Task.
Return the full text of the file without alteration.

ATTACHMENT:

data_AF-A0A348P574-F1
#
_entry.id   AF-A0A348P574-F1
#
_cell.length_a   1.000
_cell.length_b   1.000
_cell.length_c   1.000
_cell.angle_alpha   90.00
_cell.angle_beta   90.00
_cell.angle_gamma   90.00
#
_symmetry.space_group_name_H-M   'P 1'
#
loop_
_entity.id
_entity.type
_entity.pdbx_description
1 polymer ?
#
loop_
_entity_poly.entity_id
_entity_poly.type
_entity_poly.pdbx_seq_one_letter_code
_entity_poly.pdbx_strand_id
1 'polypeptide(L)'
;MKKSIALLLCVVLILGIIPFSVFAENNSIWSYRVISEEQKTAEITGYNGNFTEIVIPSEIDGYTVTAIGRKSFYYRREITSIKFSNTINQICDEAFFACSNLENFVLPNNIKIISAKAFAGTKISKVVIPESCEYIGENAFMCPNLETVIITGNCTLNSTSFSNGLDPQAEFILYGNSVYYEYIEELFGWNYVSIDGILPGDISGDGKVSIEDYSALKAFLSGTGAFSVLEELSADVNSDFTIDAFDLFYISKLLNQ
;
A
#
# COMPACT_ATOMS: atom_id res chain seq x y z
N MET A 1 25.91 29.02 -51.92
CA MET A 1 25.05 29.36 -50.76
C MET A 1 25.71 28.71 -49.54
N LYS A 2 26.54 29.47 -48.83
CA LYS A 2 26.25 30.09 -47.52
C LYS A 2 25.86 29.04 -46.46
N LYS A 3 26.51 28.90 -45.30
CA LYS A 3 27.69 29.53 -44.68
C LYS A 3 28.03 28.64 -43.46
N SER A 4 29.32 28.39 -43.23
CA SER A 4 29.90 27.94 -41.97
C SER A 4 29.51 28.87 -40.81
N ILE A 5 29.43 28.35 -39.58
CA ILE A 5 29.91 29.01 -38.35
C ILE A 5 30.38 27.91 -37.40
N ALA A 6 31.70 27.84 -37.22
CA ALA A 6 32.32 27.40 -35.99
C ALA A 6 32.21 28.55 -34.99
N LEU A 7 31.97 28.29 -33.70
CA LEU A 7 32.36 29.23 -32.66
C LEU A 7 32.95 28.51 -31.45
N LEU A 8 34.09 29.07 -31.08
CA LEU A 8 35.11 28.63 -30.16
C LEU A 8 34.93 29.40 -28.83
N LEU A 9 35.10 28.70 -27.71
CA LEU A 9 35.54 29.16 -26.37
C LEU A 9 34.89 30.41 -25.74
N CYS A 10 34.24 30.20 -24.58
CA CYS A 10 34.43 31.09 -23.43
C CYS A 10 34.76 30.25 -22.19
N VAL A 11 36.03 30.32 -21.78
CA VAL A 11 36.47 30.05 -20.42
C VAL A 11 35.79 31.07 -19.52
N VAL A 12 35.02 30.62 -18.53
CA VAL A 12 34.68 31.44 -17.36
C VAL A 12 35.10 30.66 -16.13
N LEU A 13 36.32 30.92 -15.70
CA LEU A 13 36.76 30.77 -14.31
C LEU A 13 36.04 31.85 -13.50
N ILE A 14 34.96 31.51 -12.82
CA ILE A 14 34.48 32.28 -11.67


data_AF-A0A348P574-F1
#
_entry.id   AF-A0A348P574-F1
#
_cell.length_a   1.000
_cell.length_b   1.000
_cell.length_c   1.000
_cell.angle_alpha   90.00
_cell.angle_beta   90.00
_cell.angle_gamma   90.00
#
_symmetry.space_group_name_H-M   'P 1'
#
loop_
_entity.id
_entity.type
_entity.pdbx_description
1 polymer ?
#
loop_
_entity_poly.entity_id
_entity_poly.type
_entity_poly.pdbx_seq_one_letter_code
_entity_poly.pdbx_strand_id
1 'polypeptide(L)'
;MKKSIALLLCVVLILGIIPFSVFAENNSIWSYRVISEEQKTAEITGYNGNFTEIVIPSEIDGYTVTAIGRKSFYYRREITSIKFSNTINQICDEAFFACSNLENFVLPNNIKIISAKAFAGTKISKVVIPESCEYIGENAFMCPNLETVIITGNCTLNSTSFSNGLDPQAEFILYGNSVYYEYIEELFGWNYVSIDGILPGDISGDGKVSIEDYSALKAFLSGTGAFSVLEELSADVNSDFTIDAFDLFYISKLLNQ
;
A
#
# COMPACT_ATOMS: atom_id res chain seq x y z
N MET A 1 25.91 29.02 -51.92
CA MET A 1 25.05 29.36 -50.76
C MET A 1 25.71 28.71 -49.54
N LYS A 2 26.54 29.47 -48.83
CA LYS A 2 26.25 30.09 -47.52
C LYS A 2 25.86 29.04 -46.46
N LYS A 3 26.51 28.90 -45.30
CA LYS A 3 27.69 29.53 -44.68
C LYS A 3 28.03 28.64 -43.46
N SER A 4 29.32 28.39 -43.23
CA SER A 4 29.90 27.94 -41.97
C SER A 4 29.51 28.87 -40.81
N ILE A 5 29.43 28.35 -39.58
CA ILE A 5 29.91 29.01 -38.35
C ILE A 5 30.38 27.91 -37.40
N ALA A 6 31.70 27.84 -37.22
CA ALA A 6 32.32 27.40 -35.99
C ALA A 6 32.21 28.55 -34.99
N LEU A 7 31.97 28.29 -33.70
CA LEU A 7 32.36 29.23 -32.66
C LEU A 7 32.95 28.51 -31.45
N LEU A 8 34.09 29.07 -31.08
CA LEU A 8 35.11 28.63 -30.16
C LEU A 8 34.93 29.40 -28.83
N LEU A 9 35.10 28.70 -27.71
CA LEU A 9 35.54 29.16 -26.37
C LEU A 9 34.89 30.41 -25.74
N CYS A 10 34.24 30.20 -24.58
CA CYS A 10 34.43 31.09 -23.43
C CYS A 10 34.76 30.25 -22.19
N VAL A 11 36.03 30.32 -21.78
CA VAL A 11 36.47 30.05 -20.42
C VAL A 11 35.79 31.07 -19.52
N VAL A 12 35.02 30.62 -18.53
CA VAL A 12 34.68 31.44 -17.36
C VAL A 12 35.10 30.66 -16.13
N LEU A 13 36.32 30.92 -15.70
CA LEU A 13 36.76 30.77 -14.31
C LEU A 13 36.04 31.85 -13.50
N ILE A 14 34.96 31.51 -12.82
CA ILE A 14 34.48 32.28 -11.67